31 Days of Great Children's Music: Whoever Shall Have Some Good Peanuts

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Welcome back to 31 Days of Great Children's Music!  This is the big posting challenge I'm participating in that involves blogging every day in October covering just one topic.  It's also where you'll find some super suggestions for children's songs the whole family can enjoy.  

Find the Other 30 Days Here

The initial strains of Sam Hinton's soothing voice always send me back to camping in the mountains of North Carolina, where I could be "settin' a spell" on the front porch of an old pen and listening to the latest antics of a nearby huntin' dog.

This folk-filled album of children's songs also surprisingly reminds me of several television shows:

The song "Michael Finnegan" makes me think of Monk and the episode "Mr. Monk and the Airplane," where a kid tortures him with the "Pete and Repeat" joke:

Pete and Repeat were in a boat, Pete fell out, who was left?  Repeat!  Pete and Repeat were in a boat, Pete fell out, who was left?  Repeat!  Pete and...

It also makes me think of "The Nothing Song."

And I can't help but picture this scene whenever I hear "The Crawdad Song:"

But I must confess, the whole reason I got this album in the first place was due to the fact that the title song "Whoever Shall Have Some Good Peanuts" makes me think of Rory Gilmore's comment to Lane, "I must listen to anyone named Claudine Longet."

Oh, yes, I definitely have the entire season on DVD.

The album's second song, "The Green Grass Growing All Around" reminds me of The Irish Descendants' song Rattlin' Bog , which is appropriate and tons of fun for kids, but not the entire album (kid-appropriate, that is).

One of the songs, "Little Old Woman All Skin and Bones," gets me every time - I jump and scream without fail at the end.  Listen to it yourself and see if you can manage to sit still without being startled!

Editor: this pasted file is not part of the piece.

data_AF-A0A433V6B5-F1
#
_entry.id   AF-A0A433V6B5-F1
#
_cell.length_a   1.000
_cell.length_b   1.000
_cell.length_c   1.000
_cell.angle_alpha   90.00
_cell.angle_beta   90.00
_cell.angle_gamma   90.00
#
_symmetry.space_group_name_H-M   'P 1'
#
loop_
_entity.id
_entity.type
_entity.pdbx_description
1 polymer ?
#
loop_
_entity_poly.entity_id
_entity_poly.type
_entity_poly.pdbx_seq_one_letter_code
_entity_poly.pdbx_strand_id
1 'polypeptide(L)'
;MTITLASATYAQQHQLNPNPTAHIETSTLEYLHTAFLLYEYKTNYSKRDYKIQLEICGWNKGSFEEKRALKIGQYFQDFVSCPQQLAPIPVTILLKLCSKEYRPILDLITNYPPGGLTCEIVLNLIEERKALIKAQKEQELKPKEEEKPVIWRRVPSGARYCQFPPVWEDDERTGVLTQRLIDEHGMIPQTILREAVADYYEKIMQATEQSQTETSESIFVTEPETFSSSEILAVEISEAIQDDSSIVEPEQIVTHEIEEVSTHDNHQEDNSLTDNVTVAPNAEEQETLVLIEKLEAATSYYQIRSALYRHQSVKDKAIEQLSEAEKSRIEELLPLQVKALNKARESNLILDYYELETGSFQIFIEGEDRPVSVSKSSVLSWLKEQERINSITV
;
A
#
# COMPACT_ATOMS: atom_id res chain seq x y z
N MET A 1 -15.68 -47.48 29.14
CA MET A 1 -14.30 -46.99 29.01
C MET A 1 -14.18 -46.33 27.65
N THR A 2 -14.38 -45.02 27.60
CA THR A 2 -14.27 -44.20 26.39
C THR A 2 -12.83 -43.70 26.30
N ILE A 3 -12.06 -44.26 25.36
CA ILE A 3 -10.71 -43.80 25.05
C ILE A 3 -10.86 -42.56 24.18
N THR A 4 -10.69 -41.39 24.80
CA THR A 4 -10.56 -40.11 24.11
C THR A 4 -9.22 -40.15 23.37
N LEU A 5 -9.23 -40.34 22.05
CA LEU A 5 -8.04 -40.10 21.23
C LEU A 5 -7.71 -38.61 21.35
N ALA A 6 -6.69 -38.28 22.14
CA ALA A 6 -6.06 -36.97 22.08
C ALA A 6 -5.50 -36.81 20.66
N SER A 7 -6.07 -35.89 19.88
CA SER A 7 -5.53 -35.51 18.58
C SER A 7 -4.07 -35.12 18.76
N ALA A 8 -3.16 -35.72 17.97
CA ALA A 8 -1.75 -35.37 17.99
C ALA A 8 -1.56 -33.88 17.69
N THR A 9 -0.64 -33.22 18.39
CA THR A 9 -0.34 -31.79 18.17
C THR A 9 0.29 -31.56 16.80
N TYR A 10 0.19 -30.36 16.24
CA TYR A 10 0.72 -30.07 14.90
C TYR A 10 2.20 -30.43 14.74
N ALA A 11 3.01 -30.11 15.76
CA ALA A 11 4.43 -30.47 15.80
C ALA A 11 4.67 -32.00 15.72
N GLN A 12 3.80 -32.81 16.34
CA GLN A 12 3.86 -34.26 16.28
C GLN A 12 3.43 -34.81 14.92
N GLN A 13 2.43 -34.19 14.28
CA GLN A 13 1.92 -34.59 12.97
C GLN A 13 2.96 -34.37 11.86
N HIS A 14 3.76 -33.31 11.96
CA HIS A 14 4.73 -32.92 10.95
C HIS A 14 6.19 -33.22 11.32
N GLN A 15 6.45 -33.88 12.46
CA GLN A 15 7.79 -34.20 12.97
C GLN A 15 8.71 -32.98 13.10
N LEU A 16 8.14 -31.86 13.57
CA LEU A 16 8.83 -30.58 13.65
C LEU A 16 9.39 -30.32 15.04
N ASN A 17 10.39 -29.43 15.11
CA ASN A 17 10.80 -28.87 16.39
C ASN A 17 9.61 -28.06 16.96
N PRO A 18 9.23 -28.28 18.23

Despite the fact that this is a more mellow album, I still think most of these songs are just a lot of fun.  Gv enjoys them, too.  She especially has fun trying to imitate all of the animal sounds found on so many of the disc's selections.


  • Go on a family fishing outing.  See who can catch the most fish, the longest fish, or the silliest un-fishy item (like a can or old shoe).  If you're brave and it's legal for your area, fry up your catch for supper!
  • "The Barnyard Song" is full of fun farm animal sounds.  Try and make them with your child and then follow it up with a great board book like this one:

  • "3 Foolish Piglets"also includes some fun sound pig sound effects.  Read a version (or several, to compare & contrast) of "The 3 Little Pigs" to go with it:
  • "The Frog Song" has more great animal sounds - who knew that frogs made so many different noises?  Go for a walk one evening and see which ones you can identify.  Don't live in an area with frogs?  Then check out this book:

Looking for More?

If you're looking for more folk ballads, then check out Sam Hinton's other album, I'll Sing You a Story:

Introduce your little one to some great children's folk songs - are you any good at making realistic animal sounds like Sam Hinton?  I'd love to hear - leave a comment or email me at lisahealy (at) outlook (dot) com.

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